Bruce's body of work encompasses photography; computer imaging; oil and acrylic painting; video; sublimation imaging on metals, ceramics, fabric and other materials; sculpture in soapstone, serpentine, metal and wood; jewellery design. He has pioneered new imaging technologies and continues to be an innovator. He is a musician (keyboards and classical guitar), composing, performing and producing his own works.
A life-long naturalist, Bruce grew up in Ottawa, involved in the National Museum of Canada and in Scouting. His graphic and photographic images have been published since 1959 when he was a student member of an archaeological expedition to the Yukon Territory.
Bruce is CEO and Moderator of FASlink Fetal Alcohol Disorders Society (faslink.org). He has founded and operated his own businesses since 1972, (new technologies, manufacturing, imaging, and software), set precedents in family law and courtroom procedure, developed software for business, medical, investigative, and law offices, and led the Great FASD Horseback Ride and Trek across Canada.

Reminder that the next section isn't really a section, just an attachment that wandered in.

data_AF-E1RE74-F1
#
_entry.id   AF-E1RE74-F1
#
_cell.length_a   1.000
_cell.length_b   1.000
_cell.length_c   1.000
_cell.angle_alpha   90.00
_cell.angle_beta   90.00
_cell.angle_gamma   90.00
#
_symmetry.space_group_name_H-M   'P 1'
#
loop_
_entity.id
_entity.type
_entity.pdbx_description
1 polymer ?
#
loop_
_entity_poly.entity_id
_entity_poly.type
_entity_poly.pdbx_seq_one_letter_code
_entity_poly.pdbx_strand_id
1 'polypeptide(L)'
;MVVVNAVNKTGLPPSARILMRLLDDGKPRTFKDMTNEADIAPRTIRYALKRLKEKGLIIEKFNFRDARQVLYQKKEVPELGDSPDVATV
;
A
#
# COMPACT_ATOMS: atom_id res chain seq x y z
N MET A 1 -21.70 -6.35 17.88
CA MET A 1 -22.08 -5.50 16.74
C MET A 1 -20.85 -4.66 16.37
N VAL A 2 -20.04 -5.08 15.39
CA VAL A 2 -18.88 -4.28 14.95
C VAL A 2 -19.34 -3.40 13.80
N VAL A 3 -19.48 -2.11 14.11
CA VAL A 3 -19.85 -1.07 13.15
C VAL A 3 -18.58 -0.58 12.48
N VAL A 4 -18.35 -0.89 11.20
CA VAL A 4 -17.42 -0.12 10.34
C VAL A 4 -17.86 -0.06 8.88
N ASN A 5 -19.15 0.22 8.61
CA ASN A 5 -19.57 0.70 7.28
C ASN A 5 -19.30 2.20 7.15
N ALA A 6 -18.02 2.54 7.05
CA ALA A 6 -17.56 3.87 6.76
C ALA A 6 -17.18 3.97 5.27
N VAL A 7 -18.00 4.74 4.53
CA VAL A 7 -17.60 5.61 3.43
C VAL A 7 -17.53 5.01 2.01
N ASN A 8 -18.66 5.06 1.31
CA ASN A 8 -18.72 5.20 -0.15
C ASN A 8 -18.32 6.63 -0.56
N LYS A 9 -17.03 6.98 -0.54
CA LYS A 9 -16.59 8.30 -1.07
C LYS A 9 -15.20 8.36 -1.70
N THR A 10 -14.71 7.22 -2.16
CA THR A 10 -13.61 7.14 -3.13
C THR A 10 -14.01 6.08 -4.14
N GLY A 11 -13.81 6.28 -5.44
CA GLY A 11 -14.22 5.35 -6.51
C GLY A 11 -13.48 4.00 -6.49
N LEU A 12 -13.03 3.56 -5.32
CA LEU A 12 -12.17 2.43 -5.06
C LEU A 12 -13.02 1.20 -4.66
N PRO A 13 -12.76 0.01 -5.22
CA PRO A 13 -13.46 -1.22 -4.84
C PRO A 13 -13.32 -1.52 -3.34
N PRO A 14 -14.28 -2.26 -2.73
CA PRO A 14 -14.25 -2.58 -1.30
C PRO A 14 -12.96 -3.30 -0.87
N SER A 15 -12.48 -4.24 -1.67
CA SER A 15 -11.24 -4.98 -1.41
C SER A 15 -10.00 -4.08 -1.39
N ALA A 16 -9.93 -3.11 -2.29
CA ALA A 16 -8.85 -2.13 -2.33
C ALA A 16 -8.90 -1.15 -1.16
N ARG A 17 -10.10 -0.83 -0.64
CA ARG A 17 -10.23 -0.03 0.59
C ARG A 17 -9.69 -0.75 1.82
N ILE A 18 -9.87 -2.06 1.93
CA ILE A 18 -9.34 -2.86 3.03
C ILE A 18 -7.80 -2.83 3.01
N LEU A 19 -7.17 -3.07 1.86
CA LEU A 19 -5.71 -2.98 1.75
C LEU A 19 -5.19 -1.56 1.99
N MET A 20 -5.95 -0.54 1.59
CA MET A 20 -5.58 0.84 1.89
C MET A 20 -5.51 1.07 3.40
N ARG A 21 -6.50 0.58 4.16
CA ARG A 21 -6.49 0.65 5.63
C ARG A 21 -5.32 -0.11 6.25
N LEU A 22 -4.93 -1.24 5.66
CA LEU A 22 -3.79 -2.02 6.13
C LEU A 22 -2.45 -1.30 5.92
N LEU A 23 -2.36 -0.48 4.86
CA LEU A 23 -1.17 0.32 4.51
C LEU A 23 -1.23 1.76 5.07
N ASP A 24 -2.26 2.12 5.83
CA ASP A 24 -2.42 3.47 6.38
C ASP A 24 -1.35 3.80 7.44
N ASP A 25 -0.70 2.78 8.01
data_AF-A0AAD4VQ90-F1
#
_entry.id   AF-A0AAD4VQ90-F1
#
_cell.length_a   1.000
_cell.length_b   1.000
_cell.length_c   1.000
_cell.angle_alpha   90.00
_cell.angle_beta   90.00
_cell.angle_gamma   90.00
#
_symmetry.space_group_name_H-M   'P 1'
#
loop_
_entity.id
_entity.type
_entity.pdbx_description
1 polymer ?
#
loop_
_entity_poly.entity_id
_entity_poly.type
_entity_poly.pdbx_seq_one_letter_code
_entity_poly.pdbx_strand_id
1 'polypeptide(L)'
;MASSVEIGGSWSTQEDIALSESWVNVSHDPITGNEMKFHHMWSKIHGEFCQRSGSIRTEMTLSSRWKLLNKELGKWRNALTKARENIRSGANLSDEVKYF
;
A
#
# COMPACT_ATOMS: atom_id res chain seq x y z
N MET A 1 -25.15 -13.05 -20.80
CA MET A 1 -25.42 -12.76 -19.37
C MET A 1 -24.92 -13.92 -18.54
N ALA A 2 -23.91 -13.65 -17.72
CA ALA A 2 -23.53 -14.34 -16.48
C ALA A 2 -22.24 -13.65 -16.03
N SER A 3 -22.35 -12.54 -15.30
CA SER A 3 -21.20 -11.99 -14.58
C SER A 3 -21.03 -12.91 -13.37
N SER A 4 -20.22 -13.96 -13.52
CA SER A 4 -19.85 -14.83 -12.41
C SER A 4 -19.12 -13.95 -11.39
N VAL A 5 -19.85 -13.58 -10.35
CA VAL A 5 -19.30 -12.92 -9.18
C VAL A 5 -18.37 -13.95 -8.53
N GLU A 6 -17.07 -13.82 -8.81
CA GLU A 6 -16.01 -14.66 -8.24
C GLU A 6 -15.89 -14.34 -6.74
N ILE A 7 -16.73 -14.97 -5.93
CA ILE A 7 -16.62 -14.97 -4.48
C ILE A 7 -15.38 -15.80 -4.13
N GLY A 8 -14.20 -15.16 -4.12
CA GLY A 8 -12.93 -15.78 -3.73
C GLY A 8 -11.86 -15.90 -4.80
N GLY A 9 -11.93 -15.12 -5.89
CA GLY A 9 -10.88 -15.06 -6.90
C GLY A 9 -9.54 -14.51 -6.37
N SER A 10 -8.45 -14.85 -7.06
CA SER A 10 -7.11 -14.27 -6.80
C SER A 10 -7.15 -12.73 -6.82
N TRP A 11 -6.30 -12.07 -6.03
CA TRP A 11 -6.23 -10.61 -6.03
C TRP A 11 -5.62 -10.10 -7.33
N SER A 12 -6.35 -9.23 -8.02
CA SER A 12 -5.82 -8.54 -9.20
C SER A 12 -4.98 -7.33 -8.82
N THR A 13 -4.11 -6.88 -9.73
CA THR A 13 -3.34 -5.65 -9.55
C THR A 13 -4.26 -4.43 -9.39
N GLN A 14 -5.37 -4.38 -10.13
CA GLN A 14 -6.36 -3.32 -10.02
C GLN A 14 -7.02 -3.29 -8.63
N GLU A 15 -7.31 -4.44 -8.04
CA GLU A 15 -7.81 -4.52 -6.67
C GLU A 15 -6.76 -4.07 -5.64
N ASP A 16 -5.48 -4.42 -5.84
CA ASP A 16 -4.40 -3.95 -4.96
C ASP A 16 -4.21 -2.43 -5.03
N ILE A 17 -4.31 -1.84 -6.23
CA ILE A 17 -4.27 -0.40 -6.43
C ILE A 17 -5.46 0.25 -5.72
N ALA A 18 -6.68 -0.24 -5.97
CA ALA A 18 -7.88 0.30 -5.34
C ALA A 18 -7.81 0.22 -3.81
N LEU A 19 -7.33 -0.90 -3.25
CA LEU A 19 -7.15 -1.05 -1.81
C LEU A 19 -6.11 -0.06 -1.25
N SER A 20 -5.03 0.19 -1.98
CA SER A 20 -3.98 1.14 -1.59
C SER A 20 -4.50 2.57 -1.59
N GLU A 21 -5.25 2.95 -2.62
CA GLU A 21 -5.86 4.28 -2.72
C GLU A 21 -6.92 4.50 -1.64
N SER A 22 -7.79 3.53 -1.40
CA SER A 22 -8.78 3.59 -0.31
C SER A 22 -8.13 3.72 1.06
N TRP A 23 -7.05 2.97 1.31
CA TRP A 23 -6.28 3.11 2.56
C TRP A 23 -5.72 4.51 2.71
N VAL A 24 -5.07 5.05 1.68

For his pioneering work in Fetal Alcohol Spectrum Disorders he has received awards and been recognized by St. Michael's Hospital (Toronto), First Nations (Eagle Feathers) and with the Métis Honour Sash. He is a social activist, involved in both community and national issues.
Bruce is a member of the Artists Co-op By the River, Canadian Association for Photographic Art, The Sarnia Photographic Club, Lawrence House Centre for the Arts, and the Sarnia Computer Users Group. He on the Board of Directors of the International Symphony Orchestra, and Community Concerns for the Medically Fragile.
His work can be seen and purchased by appointment at his gallery at 2448 Hamilton Road, Bright's Grove, ON. Contact the artist by email at LBruceRitchie@gmail.com or phone 519-331-6408 or through acbr.com for an appointment or to discuss a project or image.
Original Mixed Media Paintings are available directly from the artist. Prints are available online here.
These mixed media paintings combine photography, computer imaging, and acrylic painting/sculpting on canvas. To change from 2 to 3 dimensions, the base image is hand painted using acrylics of various densities, colours and opacities. Detailed attention is paid to texture, using brushes and pallet knife to provide depth and the Fresnel effect. The acrylic becomes a bas relief sculpture.